Yes, users will need to do something to receive tokens. Because at the end of the day, they will pay maintenance for the space these tokens take. It would be wrong to allow anyone to burden you with such maintenance without your consent. On the other hand, it makes the fat finger problem less likely. Useless airdrops will not be possible. Tokens organised in such way will have better legal standing (this is my speculation)
EDIT: on the legal standing - in real world, you normally have an option to refuse unwanted gifts. And sometimes, it protects you from liability
That's where I disagree. I think the token contract creator should pay for maintaining all token balances of his contract.. If it's a valuable token people will come together and crowdfund the maintainance of the token contract. To prevent extreme splitting/dust attacks.. well.. give the token less decimals or just implement a min-value you have to send.
What I see in this document is a clear case of over-engeneering IMO. Keep it simple/clean.
Thanks for the comment! I shall explore this more in the next version of the document. It actually mentions what you are suggesting, on the page 23 under "alternative point of view". Obviously, the greater is the min-value, the smaller is griefing factor. But the greater is the min-value, the smaller is number of owners who can potentially hold the token. Will try to put some numbers behind this - to make is more visible why I think it is a genuine problem and cannot be waived away by saying "less decimal points and min-value".
Regarding the crowd-sourcing the rent, this is another unknown. As I described in the document, the problem here is free riding. The smaller holder won't contribute, because they will hope that the larger holders would. And larger holders might find it expensive, unless they hold supermajority of tokens.
Non-Fungible tokens and similar assets also need special treatment - though they are taken care of in the document by the cross-contract storage.
Therefore, I disagree about the over-engineering - it solves lots of problems with one new primitive. I would say - make it as simple as possible, but not simpler.
How about the following dynamic (all solvable on contract level [best practices will emerge]):
Token contracts can migrate to new contracts with more digits or smaller min values once they become popular and increase in value. More users & more value means more interest from more parties in keeping the token contract alive. So the contract can afford a higher rent. Before seeing their tokens value disappear a substancial amount of token whales will always either vote the min-values up or pay for the rent from their own money (better lose some than all). I think it's ok for small holders to free-ride a bit here.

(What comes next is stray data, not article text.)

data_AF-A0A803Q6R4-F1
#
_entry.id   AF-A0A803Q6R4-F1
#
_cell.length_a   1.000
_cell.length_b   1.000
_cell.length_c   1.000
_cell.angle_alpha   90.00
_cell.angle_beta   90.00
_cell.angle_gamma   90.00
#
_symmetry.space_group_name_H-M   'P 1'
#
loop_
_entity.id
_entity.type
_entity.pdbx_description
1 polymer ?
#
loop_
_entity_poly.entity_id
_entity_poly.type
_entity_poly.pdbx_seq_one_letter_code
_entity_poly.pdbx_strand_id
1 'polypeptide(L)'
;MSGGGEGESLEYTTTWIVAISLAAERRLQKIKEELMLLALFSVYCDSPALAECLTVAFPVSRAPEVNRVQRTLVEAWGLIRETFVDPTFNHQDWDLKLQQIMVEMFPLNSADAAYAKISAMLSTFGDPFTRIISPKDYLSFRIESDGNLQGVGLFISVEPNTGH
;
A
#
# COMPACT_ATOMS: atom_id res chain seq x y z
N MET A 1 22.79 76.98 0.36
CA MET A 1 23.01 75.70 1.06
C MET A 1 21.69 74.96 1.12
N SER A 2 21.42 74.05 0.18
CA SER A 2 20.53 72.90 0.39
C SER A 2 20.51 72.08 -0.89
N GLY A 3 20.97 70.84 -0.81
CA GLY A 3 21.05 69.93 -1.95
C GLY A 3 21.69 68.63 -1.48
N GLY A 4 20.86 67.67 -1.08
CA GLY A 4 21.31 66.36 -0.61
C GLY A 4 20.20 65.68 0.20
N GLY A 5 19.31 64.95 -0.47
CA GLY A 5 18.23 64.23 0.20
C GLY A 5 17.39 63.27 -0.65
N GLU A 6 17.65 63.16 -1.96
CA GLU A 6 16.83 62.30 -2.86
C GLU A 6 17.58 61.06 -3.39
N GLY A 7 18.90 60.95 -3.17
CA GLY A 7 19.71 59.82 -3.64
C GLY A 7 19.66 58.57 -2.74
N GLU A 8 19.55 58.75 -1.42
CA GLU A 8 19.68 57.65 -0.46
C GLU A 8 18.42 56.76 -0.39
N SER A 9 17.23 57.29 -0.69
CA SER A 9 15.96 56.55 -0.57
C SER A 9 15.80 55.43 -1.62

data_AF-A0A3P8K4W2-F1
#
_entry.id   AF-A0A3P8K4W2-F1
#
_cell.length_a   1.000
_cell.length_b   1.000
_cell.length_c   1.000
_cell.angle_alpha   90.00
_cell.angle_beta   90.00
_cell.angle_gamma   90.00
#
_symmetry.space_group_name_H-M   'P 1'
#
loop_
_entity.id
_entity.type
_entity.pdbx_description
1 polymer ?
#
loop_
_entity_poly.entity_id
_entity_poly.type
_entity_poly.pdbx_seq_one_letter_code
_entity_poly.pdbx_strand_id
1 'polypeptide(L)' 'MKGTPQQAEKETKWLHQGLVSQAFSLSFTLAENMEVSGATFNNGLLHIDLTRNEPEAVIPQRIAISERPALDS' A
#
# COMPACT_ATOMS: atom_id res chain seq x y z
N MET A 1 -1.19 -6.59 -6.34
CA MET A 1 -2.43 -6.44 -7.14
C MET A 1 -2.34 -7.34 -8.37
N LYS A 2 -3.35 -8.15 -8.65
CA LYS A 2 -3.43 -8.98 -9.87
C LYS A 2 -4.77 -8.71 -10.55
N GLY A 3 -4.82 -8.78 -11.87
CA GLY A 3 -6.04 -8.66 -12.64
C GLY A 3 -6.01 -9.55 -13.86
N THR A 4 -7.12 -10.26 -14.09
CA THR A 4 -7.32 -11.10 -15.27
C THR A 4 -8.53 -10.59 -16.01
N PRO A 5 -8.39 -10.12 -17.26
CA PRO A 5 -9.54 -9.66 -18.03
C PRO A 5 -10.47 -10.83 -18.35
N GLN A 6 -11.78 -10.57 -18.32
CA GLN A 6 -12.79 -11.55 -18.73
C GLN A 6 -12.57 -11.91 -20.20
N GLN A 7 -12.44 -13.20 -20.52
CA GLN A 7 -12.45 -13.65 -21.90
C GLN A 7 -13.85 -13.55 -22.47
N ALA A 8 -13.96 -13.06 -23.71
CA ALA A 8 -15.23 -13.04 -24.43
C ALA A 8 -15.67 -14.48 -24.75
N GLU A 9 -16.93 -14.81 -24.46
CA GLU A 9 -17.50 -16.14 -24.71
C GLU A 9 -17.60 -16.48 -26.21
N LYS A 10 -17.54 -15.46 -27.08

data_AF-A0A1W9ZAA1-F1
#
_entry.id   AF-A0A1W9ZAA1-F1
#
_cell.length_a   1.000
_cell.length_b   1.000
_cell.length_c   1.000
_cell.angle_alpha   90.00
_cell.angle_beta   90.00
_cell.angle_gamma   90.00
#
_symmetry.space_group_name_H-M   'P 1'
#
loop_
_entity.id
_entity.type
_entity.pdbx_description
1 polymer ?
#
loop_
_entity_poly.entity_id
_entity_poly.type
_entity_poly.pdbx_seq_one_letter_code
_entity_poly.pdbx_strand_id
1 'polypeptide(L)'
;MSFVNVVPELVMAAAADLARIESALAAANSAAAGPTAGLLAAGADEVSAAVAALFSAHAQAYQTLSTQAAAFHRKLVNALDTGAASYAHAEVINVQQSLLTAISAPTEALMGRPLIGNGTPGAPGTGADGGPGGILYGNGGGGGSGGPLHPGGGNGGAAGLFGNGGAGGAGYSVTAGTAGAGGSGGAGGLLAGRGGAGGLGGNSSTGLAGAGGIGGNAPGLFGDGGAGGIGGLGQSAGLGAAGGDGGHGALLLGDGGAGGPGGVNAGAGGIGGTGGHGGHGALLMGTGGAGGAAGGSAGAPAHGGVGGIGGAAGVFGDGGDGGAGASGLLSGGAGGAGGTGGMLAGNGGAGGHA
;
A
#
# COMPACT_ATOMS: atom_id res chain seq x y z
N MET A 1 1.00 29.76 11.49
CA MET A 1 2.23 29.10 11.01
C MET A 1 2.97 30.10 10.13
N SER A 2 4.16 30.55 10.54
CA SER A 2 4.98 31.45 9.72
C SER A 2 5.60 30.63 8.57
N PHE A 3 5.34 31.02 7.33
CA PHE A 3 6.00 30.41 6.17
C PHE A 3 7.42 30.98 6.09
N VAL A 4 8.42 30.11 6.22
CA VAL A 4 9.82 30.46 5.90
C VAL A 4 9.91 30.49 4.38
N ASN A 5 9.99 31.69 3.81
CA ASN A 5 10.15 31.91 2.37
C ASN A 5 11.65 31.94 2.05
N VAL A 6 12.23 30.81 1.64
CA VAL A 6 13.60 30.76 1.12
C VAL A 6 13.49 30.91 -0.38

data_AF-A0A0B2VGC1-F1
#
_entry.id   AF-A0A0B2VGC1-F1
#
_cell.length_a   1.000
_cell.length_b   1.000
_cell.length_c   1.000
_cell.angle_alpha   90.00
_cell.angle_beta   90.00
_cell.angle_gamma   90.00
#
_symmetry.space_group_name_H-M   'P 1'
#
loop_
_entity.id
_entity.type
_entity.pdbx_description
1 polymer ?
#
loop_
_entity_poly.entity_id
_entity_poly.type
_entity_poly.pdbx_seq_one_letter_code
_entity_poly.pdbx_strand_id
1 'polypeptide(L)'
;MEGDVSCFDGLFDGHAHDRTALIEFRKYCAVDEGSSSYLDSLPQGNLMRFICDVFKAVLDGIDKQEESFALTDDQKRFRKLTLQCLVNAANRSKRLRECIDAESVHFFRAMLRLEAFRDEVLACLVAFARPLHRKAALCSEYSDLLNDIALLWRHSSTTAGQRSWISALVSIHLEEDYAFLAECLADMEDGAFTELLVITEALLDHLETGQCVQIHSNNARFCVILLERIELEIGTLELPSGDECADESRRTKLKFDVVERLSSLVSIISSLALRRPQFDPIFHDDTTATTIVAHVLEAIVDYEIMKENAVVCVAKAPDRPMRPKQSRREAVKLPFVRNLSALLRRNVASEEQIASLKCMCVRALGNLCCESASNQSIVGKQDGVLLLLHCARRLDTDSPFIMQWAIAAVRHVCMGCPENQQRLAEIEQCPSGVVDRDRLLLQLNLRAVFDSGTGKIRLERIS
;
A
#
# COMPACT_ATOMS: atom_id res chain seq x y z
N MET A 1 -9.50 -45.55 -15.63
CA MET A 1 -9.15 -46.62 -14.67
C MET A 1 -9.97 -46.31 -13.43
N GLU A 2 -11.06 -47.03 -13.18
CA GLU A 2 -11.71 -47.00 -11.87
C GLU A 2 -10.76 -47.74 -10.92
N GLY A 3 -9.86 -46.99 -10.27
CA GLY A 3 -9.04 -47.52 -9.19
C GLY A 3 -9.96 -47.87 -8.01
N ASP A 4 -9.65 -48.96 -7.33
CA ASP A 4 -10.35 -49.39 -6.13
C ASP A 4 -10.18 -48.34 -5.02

Also a best practice that could emerge is that using these tokens will force holders to pay a certain fee (either by inflation or a portion of their holdings "melts away"). This fee is used in an auction contract to buy ETH on the market which gets automatically sent to pay for the token contracts rent.
There are many scenarios possible.. My argument would be that it should be handled on the contract/application level.
> Regarding the crowd-sourcing the rent, this is another unknown. As I described in the document, the problem here is free riding. The smaller holder won't contribute, because they will hope that the larger holders would. And larger holders might find it expensive, unless they hold supermajority of tokens.
In this example the contract dies.. and that's ok.. the contracts that handle it better will stay and over a long time only well managed contracts will survive.
Another point: Storage cost should be low enough (especially with state sharding) that a simple token contract with millions of balances shouldn't cost more than a couple $/year. So yes.. whales will say "so what" and just pay the bill and that's ok.
> There are many scenarios possible.. My argument would be that it should be handled on the contract/application level.
That is great! If someone is prepared to work this out - it would be great. At the moment my position is that these scenarios only work in limited circumstances, and the EVM architecture is lacking primitives to write efficient contract under the rent conditions. I alone cannot explore all the scenarios one can think of, so I invite other people to contribute by making alternative proposals.